1. James Gibbons

      Re: Nokia needs Microsoft but does MS need Nokia?

      MS already owns a good part of the IP. Elop sold much of it to a patent troll and both Nokia and MS retained rights to use without paying fees. MS didn't even need to pay Nokia anything for the rights.

  26. pctechxp

    Alas poor Nokia

    You used to make phones so well.

    I used to be a huge fan of Nokia phones, they were solid and dependable.

    I love what I do for a living (if I didn't why would be a reading an IT publication) but I don't want my phone to be anything other than just that, my mobile phone, I don't want a mini replica of my desktop.

    I've owned a Nokia 3310 (Excellent phone) 3510i (not bad but screen looked a bit washed out) 6230i (superb phone I'd still be using if the service provider I was with at the time hadn't given me the wrong unlocking code when I wanted to move)

    I then switched to Sony Ericsson and came back to Nokia when I bought a 6700 Classic which was good but the keypad build quality wasn't the best.

    Then switched to HTC (which was useless), SE and now am using a Nokia Asha 300 which is ok but does not have the solid build feel of Nokias of old.

    Why don't they just go back to making phones as they used to as I'm sure there's others out there just like me that think that one Android Smartphone or Windows Smartphone is much like the next one.

  27. Steve Davies 3 Silver badge

    Nokia needs Microsoft but does MS need Nokia?

    That is the real question..

    The more time goes by, I think they don't. Well they don't need the company at all. As MS is gearing up to produce their own Tablets (probably built by someone like Foxconn) why not use the same manufacturer to build the MS phones of the future?

    So what does MS need from nokia?

    Patents and other IP.

    That is all this is about. MS wants to get them on the cheap. Eliminate, sorry Extinguish to use MS parlance a major competitor and ride in at the last moment on the Redmond white charger and buy all the IP that nokia own so at least the poor shareholders get something from the ashes of the once great company.

    I'd really like to see someone else get in on the act of buying Nokia. As I see it, only two companies could play intereference to the MS grand plan. That is Google and Apple. It remains to be seen if one of these could yet spoil the MS buys Nokia for a few cents on the dollar party.

  28. marekt77

    Nokia had problems before WP or Elop

    I believe Nokia really had no other choice but to go with Windows Phone after it squandered so much time and effort in the critical first few years post iPhone launch. People bring up Android or MeeGo, but ask yourself would it have really mattered? Take the Lumina 900 that is their current “flagship” phone, would it be doing any better if it were an Android device?!?!? Would it be able to stand up to the Galaxy line from Samsung or even the HTC One? Oh sure they could have dropped a dual core processor, higher res screen, etc… But what else could they have brought to the table that Samsung doesn’t already? HTC made the first Android phone ever and they too are behind Samsung now in Android devices, not for a lack of trying either. Now MeeGo, yes it was a beloved OS by the IT crowd, but that does not a market make. What honestly did MeeGo have going for it that could lure the general public away from iOS or Android? Very Little. But its open you say, its Linux you say, well the majority of phone customers really could care less about those things. Had they gone with MeeGo, they would be in the exact same position today. At LEAST with Windows, they have the “support” of Microsoft, who can afford to throw money and development into WP without much worry on their bottom line. With Android, their position might be slightly better now, but what about the white Android in the room that is Motorola Mobile? Google just bought them, so is the next Nexus phone going to come from Samsung, HTC, or Motorola? Every parent is going to give their kids special treatment, no matter how much it loves the rest of the family. What happens with Motorola starts getting the latest and greatest Android phones straight from the source? Will Samsung keep its crown? Where would Nokia be in this situation if they were on Android?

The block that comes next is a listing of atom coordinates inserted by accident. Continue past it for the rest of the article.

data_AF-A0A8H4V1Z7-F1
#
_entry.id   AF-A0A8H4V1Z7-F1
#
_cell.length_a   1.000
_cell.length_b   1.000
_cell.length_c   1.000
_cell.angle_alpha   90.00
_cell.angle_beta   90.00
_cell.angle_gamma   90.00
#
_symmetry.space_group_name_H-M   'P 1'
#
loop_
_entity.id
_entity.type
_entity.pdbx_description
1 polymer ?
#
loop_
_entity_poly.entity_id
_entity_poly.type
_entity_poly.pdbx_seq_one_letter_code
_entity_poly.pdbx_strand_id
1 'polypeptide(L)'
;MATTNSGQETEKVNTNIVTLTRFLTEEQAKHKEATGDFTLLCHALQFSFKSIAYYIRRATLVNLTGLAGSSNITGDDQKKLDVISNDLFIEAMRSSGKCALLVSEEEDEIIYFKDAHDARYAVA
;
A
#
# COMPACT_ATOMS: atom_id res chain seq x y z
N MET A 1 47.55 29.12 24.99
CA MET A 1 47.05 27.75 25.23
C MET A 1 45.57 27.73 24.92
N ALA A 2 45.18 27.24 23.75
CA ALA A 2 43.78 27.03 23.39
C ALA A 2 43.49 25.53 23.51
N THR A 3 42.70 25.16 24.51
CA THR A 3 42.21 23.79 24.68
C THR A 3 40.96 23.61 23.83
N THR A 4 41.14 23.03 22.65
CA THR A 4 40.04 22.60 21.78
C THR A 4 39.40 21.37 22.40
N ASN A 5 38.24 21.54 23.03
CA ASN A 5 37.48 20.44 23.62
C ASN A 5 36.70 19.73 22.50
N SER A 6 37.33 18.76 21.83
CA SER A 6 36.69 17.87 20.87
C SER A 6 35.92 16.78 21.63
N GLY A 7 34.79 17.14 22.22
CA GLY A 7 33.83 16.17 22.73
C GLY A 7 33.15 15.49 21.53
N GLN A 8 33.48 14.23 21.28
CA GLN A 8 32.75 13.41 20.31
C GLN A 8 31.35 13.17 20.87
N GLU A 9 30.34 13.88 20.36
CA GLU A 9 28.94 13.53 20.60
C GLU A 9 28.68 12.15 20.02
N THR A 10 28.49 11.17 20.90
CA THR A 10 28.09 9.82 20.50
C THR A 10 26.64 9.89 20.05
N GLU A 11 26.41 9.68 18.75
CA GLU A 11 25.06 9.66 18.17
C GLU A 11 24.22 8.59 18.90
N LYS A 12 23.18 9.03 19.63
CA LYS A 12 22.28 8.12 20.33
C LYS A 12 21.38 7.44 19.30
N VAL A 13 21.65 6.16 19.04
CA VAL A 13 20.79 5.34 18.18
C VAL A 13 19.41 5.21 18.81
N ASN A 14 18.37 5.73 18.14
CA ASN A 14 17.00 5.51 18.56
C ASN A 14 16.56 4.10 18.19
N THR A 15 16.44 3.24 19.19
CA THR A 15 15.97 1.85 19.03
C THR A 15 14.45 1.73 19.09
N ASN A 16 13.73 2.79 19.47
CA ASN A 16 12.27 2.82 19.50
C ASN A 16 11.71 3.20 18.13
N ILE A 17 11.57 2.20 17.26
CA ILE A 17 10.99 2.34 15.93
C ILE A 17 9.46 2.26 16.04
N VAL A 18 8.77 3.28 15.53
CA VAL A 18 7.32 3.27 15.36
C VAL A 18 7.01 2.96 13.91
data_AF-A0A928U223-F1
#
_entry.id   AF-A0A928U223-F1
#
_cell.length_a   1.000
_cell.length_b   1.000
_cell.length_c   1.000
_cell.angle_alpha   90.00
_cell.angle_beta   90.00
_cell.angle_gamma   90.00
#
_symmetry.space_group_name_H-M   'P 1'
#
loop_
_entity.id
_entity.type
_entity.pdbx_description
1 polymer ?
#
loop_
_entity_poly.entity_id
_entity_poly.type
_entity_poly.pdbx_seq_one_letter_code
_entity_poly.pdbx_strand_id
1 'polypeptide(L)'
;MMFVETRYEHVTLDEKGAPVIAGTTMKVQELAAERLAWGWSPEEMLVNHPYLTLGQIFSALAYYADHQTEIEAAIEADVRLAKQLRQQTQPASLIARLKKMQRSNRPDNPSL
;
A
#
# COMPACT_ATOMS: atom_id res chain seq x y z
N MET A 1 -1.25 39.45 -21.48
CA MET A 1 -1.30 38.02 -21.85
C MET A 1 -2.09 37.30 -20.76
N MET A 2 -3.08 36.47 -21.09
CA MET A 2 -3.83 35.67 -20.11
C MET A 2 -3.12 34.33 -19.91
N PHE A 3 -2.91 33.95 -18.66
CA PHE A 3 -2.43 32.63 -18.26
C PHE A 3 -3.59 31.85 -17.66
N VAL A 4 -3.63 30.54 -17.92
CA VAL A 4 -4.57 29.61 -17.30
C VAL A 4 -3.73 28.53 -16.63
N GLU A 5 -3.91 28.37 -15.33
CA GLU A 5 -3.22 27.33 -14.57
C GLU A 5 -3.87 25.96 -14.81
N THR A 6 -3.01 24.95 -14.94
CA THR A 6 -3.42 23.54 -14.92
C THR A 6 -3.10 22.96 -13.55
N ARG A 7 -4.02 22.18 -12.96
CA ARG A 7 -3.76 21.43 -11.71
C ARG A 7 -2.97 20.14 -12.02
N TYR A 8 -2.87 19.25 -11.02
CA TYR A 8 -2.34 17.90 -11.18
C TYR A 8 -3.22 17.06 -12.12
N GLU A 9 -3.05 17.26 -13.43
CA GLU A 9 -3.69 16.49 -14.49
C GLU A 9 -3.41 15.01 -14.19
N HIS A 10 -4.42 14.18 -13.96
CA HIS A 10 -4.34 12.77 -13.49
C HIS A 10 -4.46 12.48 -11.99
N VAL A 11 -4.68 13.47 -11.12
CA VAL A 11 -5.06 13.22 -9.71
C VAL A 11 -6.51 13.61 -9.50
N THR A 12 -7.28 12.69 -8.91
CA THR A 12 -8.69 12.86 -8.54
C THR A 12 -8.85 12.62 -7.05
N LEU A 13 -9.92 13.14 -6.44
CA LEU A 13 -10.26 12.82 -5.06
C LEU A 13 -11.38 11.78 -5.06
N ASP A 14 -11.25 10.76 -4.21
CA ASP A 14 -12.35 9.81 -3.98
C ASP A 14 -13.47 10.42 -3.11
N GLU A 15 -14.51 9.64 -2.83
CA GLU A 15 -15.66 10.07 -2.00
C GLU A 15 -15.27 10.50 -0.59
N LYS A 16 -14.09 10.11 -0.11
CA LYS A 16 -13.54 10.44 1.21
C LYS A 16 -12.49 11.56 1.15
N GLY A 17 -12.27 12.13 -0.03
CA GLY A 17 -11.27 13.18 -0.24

No I think what damaged Nokia happened way before Elop got there. I remember reading an article online about all of the infighting, and multiple teams working on different solutions to the same problem. The iPhone was a monumental wake up call for the entire industry. Like them or hate them, Apple was able to out engineer and out class every other cell phone company in the world. Google had a quick response with Android, those that did not, RIM and Nokia. Well they are living with the consequences now. Even MS was slow to answer and now while the do have a nice slick OS, it may be too little way too late to catch up to Apple or Android.